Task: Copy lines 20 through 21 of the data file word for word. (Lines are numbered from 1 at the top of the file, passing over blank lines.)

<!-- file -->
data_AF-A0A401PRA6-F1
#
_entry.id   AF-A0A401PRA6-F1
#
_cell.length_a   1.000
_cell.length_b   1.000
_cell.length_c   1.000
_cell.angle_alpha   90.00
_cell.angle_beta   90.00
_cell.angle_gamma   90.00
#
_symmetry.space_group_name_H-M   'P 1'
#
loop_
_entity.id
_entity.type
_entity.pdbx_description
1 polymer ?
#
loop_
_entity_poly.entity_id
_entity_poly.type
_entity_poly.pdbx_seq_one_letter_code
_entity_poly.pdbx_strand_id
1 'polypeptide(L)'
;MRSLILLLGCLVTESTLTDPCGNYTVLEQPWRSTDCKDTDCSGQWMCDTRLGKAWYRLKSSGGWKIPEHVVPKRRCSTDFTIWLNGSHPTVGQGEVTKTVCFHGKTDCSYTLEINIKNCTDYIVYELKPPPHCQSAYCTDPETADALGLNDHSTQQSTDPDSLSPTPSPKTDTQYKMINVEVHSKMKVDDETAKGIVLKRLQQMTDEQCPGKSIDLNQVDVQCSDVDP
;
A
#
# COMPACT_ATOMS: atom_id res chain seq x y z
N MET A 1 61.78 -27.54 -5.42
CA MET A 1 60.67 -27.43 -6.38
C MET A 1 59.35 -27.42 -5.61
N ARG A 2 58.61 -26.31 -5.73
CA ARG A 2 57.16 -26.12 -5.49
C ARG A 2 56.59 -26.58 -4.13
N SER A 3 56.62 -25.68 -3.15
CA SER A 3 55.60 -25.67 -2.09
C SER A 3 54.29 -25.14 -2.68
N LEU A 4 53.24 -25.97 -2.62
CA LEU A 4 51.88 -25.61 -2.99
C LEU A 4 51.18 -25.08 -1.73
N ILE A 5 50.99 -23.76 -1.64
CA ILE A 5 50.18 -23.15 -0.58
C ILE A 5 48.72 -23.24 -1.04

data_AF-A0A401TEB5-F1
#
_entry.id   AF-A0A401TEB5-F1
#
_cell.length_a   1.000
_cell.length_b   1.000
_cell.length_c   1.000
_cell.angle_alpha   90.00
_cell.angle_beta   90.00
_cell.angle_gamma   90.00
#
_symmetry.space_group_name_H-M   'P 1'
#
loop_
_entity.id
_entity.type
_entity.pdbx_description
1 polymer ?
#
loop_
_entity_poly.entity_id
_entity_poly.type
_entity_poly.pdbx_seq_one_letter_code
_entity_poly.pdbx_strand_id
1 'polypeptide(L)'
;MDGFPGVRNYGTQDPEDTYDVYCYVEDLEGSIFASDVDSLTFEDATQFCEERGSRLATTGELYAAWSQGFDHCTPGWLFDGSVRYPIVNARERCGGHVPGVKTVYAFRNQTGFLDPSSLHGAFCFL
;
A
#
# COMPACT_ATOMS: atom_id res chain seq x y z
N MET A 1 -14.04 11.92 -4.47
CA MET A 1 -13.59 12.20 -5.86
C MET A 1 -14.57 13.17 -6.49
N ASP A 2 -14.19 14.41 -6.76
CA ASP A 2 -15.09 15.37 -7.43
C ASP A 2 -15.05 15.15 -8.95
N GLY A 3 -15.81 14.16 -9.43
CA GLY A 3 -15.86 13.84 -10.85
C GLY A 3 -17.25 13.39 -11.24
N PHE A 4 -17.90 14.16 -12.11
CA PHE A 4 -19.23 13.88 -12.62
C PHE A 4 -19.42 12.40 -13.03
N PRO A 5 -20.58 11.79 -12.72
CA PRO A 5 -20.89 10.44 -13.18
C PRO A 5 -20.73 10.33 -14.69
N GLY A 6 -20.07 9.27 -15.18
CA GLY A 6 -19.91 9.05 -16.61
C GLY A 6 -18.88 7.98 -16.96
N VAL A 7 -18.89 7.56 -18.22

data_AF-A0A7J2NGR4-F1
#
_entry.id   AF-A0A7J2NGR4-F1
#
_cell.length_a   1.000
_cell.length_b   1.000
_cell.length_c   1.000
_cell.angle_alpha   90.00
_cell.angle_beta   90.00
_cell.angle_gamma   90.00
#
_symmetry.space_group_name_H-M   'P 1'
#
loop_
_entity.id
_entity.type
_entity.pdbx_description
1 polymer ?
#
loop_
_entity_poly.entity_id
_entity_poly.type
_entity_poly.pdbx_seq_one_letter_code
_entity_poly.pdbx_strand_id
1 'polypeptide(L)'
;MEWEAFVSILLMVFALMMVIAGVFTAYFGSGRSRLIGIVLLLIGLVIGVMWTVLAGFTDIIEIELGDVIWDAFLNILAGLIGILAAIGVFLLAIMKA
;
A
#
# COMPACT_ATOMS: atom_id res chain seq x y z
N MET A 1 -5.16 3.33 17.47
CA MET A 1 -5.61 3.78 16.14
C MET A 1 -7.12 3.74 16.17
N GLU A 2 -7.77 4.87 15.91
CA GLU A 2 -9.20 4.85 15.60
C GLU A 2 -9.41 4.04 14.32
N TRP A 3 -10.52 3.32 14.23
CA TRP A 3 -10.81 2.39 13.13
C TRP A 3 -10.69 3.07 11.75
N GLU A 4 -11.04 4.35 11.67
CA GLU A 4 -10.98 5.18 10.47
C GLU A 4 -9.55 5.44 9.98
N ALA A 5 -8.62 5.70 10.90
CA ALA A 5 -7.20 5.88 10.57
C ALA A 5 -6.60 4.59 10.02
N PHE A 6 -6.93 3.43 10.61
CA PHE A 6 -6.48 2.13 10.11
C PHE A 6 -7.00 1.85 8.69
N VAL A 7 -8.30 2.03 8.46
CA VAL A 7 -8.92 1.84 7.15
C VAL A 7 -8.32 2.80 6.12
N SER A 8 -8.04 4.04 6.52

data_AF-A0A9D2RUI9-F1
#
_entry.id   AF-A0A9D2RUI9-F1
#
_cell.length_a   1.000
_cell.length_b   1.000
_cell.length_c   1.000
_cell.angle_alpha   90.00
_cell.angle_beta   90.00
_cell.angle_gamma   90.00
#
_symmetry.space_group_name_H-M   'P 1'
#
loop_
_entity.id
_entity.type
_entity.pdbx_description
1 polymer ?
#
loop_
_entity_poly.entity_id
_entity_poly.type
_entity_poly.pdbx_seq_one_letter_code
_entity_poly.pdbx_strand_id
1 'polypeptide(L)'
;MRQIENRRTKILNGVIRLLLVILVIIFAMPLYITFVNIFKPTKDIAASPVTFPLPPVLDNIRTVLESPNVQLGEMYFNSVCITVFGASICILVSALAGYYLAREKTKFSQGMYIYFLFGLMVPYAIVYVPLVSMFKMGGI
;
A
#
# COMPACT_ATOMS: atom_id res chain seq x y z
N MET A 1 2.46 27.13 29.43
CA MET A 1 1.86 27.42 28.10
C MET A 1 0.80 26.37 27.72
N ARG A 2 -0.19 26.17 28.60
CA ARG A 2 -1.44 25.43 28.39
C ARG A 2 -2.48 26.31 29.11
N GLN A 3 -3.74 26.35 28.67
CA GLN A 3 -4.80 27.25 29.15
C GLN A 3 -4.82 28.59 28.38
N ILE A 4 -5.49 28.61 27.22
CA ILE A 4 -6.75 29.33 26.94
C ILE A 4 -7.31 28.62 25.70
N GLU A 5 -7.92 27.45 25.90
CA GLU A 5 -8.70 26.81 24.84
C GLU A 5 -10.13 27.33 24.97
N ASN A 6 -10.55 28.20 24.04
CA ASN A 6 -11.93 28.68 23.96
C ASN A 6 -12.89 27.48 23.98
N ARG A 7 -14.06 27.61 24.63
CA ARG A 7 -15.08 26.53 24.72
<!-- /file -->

loop_
_entity_poly.entity_id